Japanese forest grass as a living mulch in shade. 

Japanese forest grass as a living mulch in shade. 

  • Sedums (sun)
  • Hellebores (shade)
  • Hostas (shade)
  • Bergenia (dry shade)
  • Bugleweed (sun to partial shade)
  • Hakonechloa (Japanese Forest Grass) (shade)
  • Stella d'oro (sun)
  • Creeping Jenny (sun to partial shade)

3. Weed.

It may not be possible to ever get ahead of weeds, but starting now gives you a good chance. Weeding prior to putting down the mulch gives the best go at it. And, knowing your weeds is the first step to combating them--naming them is knowing thine enemy. Here's 2 of my favorite weed identification online sites. Rutger's has thumbnail pictures to help you id.

4. Plant Annuals and summer vegetables.

A mix of 'Redhead' and 'Sedona' coleus add great annual color through fall. 

A mix of 'Redhead' and 'Sedona' coleus add great annual color through fall. 

The annual frost date of Mother's Day is officially over today, and the forecast looks good. So plant begonias, coleus, marigolds, petunias, and zinnias this month (and so many more), in the landscape or containers. Annuals are great for all season color. You can also plant cantaloupe, cucumbers, okra, pumpkin, watermelon, and squash now.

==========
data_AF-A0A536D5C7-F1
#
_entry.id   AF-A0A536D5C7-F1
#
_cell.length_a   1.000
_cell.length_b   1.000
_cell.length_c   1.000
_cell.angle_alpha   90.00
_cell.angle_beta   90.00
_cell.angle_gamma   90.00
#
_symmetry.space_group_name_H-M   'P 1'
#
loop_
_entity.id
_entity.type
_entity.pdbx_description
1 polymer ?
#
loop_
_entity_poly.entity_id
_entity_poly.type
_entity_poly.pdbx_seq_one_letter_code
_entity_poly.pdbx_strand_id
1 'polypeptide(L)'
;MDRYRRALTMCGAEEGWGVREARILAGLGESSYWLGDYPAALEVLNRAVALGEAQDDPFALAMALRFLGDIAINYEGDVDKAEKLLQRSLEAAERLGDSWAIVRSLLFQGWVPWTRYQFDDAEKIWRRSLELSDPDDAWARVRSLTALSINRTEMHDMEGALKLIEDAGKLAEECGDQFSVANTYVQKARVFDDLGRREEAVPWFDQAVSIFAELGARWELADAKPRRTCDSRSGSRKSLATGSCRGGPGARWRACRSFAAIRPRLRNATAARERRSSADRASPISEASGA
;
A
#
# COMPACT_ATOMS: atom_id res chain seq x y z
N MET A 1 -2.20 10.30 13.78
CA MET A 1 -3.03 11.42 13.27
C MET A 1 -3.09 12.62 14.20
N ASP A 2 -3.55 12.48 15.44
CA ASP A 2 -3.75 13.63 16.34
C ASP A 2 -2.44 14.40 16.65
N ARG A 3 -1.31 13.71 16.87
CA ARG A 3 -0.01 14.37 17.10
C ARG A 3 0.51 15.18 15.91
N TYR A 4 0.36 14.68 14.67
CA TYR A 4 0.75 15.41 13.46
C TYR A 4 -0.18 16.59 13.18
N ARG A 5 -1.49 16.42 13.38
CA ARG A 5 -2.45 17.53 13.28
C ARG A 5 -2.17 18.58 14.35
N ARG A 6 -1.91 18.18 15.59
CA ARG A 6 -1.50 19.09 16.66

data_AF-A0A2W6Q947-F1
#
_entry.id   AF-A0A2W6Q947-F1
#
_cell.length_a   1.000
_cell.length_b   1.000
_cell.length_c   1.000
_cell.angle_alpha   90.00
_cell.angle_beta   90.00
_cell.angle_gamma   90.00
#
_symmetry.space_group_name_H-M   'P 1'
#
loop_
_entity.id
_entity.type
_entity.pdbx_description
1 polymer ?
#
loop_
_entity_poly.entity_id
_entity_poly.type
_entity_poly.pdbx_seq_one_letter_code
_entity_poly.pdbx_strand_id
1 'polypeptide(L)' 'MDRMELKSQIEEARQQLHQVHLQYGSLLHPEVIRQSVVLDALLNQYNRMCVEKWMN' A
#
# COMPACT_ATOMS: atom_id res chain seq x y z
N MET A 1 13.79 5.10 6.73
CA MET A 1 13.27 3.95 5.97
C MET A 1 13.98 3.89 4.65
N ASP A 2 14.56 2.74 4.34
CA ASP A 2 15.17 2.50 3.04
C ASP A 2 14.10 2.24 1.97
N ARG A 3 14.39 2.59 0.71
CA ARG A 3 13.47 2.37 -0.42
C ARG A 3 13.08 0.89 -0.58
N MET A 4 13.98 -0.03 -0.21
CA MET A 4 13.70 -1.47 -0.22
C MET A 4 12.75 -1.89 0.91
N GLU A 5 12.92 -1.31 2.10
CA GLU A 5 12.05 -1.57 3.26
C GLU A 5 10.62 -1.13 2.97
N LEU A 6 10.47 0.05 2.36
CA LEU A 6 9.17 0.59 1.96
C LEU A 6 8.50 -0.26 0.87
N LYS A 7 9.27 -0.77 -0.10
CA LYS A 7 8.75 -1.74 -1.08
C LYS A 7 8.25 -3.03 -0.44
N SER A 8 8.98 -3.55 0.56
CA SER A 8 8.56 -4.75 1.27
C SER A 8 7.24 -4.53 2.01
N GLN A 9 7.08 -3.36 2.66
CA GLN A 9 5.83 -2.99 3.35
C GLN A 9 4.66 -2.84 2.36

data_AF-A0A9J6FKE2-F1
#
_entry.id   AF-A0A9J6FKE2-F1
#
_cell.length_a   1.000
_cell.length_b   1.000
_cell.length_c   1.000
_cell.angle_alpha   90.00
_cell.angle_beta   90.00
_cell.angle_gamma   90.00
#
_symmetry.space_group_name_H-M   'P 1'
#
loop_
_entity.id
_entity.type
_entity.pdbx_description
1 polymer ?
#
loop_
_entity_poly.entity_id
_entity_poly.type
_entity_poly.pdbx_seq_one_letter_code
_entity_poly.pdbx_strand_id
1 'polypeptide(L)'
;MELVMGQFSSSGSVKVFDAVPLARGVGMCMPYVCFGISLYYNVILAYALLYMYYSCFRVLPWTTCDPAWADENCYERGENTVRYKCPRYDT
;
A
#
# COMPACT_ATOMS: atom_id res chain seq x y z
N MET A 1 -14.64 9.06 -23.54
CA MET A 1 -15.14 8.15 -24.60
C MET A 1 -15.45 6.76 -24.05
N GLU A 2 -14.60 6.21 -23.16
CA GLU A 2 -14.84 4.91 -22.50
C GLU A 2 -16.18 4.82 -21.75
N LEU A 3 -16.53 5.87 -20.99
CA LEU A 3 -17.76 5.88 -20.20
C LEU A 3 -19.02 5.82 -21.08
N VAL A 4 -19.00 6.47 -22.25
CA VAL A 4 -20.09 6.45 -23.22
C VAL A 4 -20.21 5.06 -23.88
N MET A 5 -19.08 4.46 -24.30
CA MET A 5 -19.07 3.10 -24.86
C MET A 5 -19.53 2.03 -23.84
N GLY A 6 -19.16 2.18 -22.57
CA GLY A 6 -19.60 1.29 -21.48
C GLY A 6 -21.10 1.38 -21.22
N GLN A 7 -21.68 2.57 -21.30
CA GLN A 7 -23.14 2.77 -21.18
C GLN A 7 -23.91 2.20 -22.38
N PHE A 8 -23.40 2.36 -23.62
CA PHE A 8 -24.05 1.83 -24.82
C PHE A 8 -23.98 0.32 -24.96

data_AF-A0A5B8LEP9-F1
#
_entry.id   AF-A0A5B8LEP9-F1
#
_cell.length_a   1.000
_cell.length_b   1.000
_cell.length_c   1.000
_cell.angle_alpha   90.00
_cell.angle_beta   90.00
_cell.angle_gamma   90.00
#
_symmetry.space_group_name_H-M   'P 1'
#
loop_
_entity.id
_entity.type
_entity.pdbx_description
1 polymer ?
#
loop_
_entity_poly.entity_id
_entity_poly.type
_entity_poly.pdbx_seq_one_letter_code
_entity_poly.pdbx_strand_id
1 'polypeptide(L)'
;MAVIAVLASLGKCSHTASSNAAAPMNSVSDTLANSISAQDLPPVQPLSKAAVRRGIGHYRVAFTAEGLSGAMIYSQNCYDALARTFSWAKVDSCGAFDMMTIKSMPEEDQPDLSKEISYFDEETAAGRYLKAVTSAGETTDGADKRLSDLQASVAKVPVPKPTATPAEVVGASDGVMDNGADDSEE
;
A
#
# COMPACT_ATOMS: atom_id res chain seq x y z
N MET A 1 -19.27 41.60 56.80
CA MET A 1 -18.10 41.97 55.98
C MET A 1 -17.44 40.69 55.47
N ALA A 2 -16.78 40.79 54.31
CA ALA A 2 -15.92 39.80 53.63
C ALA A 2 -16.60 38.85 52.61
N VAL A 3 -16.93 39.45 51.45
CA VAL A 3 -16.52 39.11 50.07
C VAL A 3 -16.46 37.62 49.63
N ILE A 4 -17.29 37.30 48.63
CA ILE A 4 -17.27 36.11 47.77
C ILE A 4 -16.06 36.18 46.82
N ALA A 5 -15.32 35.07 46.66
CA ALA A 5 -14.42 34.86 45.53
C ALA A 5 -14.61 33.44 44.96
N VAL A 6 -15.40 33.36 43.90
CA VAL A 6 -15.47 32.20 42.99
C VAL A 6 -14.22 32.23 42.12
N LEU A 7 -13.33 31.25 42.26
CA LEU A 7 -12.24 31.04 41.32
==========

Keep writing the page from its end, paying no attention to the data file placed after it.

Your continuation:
5. Fertilize.

Fertilize summer blooming plants like crape myrtle, rose-of-sharon and roses this month. Also, fertilize vegetables six weeks after germination. Once the weather starts to really warm up and the watering schedule increases, remember to fertilize annuals every 7-10 days with a bloom booster for better blooms. 

6. Prune.

'Rabatz' rhododendron at its peak. Prune right after blooming.

'Rabatz' rhododendron at its peak. Prune right after blooming.

Prune spring flowering shrubs like azaleas and rhododendrons after they bloom. Shape up shrubs or hedges that are outgrowing their spots. Leave the stems of spring blooming bulbs like daffodils until they turn yellow (very yellow) so they'll produce well next year.

7. Be Mindful of ticks and poison ivy.

May is National Lyme's Disease Awareness month, so start doing the tick check when you come in from the garden, and stay alert for poison ivy. Keep a bar of soap next to the hose and stop to wash hands and arms thoroughly every so often while working in the garden.

My kiddo. Aggie, short for Agapanthus, ready for her walk. Yes, I am proud.

My kiddo. Aggie, short for Agapanthus, ready for her walk. Yes, I am proud.

Now, that you know what to do, go help Mom do it, but don't forget that impulse gift. (And maybe one for you, too?) 

Happy Mother's Day to all you hard-working women out there, kids or no kids! We're all mothers to the next generation. 

Written by Cinthia Milner, OSA, Garden Coach, blog writer.

BB Barns serves all of WNC, upstate South Carolina and Tennessee.